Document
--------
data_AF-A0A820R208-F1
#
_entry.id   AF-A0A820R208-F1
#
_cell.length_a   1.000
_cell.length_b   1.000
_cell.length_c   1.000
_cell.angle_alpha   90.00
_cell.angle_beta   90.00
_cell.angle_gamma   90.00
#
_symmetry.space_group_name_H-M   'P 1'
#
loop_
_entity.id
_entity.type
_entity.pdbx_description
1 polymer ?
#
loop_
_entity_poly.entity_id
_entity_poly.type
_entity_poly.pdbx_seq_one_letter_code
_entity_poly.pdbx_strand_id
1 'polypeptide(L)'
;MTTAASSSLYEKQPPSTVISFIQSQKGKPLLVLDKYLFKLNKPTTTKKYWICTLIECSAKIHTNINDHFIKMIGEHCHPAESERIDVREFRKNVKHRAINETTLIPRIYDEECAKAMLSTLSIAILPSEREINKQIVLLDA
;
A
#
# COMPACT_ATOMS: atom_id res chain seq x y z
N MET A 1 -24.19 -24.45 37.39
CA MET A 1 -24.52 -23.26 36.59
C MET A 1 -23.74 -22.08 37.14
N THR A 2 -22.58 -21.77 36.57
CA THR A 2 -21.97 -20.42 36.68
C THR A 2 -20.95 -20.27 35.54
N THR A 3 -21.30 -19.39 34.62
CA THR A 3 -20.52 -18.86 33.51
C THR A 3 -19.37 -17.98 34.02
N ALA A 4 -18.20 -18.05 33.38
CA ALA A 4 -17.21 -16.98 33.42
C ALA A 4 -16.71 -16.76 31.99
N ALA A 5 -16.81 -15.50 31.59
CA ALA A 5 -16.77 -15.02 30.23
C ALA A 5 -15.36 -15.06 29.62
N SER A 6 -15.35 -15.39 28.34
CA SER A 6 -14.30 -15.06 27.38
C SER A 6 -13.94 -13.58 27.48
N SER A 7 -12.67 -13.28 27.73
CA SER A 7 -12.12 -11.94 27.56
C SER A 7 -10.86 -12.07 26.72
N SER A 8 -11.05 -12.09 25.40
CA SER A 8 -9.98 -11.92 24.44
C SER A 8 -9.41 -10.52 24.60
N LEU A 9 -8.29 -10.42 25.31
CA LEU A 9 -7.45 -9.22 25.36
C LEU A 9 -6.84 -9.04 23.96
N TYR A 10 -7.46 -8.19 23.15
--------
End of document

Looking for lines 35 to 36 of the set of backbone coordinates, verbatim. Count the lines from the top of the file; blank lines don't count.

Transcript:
CA THR A 2 -21.97 -20.42 36.68
C THR A 2 -20.95 -20.27 35.54